I often think how much we owe to Teddy Roosevelt for his thinking and doing for conservation. Now we need constantly to be on guard lest "big business" take the national monuments and allow water to cover some of the beautiful gems of our country.
Did the swallows change places when the chart was being made out for cover identification? No. 19 appears more like a barn swallow than a cliff swallow, and isn't No. 17 a Bahama swallow instead of a barn swallow? Singer's tree was very good and lots of fun. SI is a wonderful magazine. I have every issue.
DOROTHY K. ERICSON
•You're right. Our swallow researcher mistook her swallows, which Artist Singer had captioned correctly, and then left early for Capistrano.—ED.
I, TOO, AM THANKFUL
I was deeply moved while reading Tenzing's story of his Everest climb because he has the essentials of a real mountaineer: an inner urge since childhood to dream, to go and see, and to find; pure love for mountains, inherited and later developed; deep honesty toward all; a closeness to nature, a great closeness to God; a sense of unity with man and nature.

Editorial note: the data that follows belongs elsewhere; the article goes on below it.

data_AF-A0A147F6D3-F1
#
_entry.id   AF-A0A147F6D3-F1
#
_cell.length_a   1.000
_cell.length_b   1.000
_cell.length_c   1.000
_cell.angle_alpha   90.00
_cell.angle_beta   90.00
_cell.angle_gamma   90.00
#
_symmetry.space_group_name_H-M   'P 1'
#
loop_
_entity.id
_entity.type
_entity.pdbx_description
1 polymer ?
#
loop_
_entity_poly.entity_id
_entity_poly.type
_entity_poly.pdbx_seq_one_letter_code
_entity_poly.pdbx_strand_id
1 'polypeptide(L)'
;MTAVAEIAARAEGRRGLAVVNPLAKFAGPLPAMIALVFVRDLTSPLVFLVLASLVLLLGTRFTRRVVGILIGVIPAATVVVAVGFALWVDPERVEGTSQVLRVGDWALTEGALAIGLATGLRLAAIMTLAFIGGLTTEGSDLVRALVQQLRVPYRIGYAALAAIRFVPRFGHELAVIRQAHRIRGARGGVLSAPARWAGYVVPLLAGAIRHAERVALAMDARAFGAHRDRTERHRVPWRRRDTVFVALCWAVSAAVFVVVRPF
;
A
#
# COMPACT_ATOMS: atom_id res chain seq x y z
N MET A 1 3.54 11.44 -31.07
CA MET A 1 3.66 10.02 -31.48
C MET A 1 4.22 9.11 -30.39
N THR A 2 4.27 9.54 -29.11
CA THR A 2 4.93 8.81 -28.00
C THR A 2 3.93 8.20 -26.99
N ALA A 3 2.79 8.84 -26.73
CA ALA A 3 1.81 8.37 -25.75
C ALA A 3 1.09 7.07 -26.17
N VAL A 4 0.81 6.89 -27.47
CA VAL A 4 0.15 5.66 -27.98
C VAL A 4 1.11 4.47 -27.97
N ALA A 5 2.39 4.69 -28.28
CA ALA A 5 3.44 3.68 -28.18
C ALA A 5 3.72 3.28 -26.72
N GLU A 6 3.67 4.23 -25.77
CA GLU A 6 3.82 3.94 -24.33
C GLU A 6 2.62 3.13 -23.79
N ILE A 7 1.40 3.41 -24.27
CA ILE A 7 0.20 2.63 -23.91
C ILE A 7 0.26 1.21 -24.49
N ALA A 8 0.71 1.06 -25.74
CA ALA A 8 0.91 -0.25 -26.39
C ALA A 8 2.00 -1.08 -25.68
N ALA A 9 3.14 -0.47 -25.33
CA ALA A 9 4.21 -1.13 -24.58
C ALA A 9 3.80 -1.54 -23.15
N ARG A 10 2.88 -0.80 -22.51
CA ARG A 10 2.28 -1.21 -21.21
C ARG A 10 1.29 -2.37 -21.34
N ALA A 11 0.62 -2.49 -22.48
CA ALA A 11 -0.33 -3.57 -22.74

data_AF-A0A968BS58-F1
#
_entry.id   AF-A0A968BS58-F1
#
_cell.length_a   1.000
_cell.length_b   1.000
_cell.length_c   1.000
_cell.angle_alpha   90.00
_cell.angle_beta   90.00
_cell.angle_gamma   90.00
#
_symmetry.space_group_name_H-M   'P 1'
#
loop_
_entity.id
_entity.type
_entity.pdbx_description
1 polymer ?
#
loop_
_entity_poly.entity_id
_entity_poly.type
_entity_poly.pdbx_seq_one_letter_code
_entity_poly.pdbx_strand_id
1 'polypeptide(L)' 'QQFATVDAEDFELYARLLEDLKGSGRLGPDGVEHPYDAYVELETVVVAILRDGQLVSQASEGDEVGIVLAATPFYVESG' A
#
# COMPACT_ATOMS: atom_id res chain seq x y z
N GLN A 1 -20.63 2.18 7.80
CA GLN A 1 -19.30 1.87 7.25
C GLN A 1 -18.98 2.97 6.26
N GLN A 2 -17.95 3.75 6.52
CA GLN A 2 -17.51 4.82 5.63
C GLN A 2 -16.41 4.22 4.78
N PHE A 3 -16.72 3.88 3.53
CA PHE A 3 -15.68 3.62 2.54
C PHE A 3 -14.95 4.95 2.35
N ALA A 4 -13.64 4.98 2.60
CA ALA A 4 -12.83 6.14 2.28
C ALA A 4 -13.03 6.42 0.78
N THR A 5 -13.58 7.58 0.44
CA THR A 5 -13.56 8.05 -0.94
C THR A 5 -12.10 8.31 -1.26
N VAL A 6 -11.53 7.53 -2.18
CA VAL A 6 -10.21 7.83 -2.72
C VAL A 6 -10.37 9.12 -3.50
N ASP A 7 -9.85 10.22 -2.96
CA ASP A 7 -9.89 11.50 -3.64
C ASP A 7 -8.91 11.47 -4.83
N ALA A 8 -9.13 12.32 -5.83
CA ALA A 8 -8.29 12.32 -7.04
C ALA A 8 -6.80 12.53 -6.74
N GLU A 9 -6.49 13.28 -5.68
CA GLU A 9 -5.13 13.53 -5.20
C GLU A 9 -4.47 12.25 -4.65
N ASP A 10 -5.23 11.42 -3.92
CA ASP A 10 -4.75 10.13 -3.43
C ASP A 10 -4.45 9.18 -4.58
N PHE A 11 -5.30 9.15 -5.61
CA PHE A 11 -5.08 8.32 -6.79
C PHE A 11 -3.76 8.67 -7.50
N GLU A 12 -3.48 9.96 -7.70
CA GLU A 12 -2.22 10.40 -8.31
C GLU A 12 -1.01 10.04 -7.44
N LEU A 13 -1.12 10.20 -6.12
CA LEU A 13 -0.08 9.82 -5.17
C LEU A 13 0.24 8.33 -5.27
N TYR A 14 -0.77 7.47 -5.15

All the mountaineers here, I think, are very thankful for your publishing Tenzing's story in SI. I am, too.
MAXIMILLIAN IGLICH, M.D.
THAT THIN RED LINE
Tenzing's own drawing of his Everest ascent (SI, May 9) is not clear to me. Perhaps you can straighten it out for me, or ask the author, Mr. James Ramsey Ullman, to do so.
At the abrupt turn, shown between Camps 1 and 2, leading off from the red dotted line that is the route to the summit, another red dotted line goes off to the left, far from the way Everest was climbed. What is that line supposed to lead to, or why is it there?
This is a very great story, told by a master writer who knows his Everest, and I shall read the book, you may be sure, just as soon as I can get my hands on it. This may not be far away now, but it's twice too long even so. In the meantime, my congratulations to you for having published the serialized portion of it. That will stand as a big credit to the account of SI.
A. T. JACKSON JR.